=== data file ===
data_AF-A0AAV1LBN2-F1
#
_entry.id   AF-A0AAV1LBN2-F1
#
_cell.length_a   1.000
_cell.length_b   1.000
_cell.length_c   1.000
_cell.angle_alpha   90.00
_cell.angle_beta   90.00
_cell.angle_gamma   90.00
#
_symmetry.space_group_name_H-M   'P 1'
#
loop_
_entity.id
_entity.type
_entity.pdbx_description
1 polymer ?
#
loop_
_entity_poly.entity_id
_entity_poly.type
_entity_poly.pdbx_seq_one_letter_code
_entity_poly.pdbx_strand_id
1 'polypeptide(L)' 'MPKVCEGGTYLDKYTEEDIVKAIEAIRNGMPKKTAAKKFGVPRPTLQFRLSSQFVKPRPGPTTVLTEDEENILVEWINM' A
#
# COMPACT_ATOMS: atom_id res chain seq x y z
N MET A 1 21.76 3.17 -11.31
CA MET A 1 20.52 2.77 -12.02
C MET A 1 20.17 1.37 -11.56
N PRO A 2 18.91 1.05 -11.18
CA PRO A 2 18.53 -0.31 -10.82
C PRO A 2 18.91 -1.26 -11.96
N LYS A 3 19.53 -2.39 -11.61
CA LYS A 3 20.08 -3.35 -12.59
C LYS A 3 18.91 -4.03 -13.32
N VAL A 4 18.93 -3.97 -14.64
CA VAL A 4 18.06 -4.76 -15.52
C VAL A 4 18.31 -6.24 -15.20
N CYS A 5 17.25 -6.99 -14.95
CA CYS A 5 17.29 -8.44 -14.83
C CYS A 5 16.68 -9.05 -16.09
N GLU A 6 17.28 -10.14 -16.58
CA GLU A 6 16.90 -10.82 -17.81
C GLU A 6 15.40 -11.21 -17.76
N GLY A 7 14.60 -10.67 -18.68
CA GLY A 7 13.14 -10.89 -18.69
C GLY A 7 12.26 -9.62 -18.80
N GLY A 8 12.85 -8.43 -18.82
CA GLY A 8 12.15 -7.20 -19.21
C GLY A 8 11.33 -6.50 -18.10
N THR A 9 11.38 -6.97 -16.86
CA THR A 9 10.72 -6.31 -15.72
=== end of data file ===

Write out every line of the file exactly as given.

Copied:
data_AF-A0AAV1LBN2-F1
#
_entry.id   AF-A0AAV1LBN2-F1
#
_cell.length_a   1.000
_cell.length_b   1.000
_cell.length_c   1.000
_cell.angle_alpha   90.00
_cell.angle_beta   90.00
_cell.angle_gamma   90.00
#
_symmetry.space_group_name_H-M   'P 1'
#
loop_
_entity.id
_entity.type
_entity.pdbx_description
1 polymer ?
#
loop_
_entity_poly.entity_id
_entity_poly.type
_entity_poly.pdbx_seq_one_letter_code
_entity_poly.pdbx_strand_id
1 'polypeptide(L)' 'MPKVCEGGTYLDKYTEEDIVKAIEAIRNGMPKKTAAKKFGVPRPTLQFRLSSQFVKPRPGPTTVLTEDEENILVEWINM' A
#
# COMPACT_ATOMS: atom_id res chain seq x y z
N MET A 1 21.76 3.17 -11.31
CA MET A 1 20.52 2.77 -12.02
C MET A 1 20.17 1.37 -11.56
N PRO A 2 18.91 1.05 -11.18
CA PRO A 2 18.53 -0.31 -10.82
C PRO A 2 18.91 -1.26 -11.96
N LYS A 3 19.53 -2.39 -11.61
CA LYS A 3 20.08 -3.35 -12.59
C LYS A 3 18.91 -4.03 -13.32
N VAL A 4 18.93 -3.97 -14.64
CA VAL A 4 18.06 -4.76 -15.52
C VAL A 4 18.31 -6.24 -15.20
N CYS A 5 17.25 -6.99 -14.95
CA CYS A 5 17.29 -8.44 -14.83
C CYS A 5 16.68 -9.05 -16.09
N GLU A 6 17.28 -10.14 -16.58
CA GLU A 6 16.90 -10.82 -17.81
C GLU A 6 15.40 -11.21 -17.76
N GLY A 7 14.60 -10.67 -18.68
CA GLY A 7 13.14 -10.89 -18.69
C GLY A 7 12.26 -9.62 -18.80
N GLY A 8 12.85 -8.43 -18.82
CA GLY A 8 12.15 -7.20 -19.21
C GLY A 8 11.33 -6.50 -18.10
N THR A 9 11.38 -6.97 -16.86
CA THR A 9 10.72 -6.31 -15.72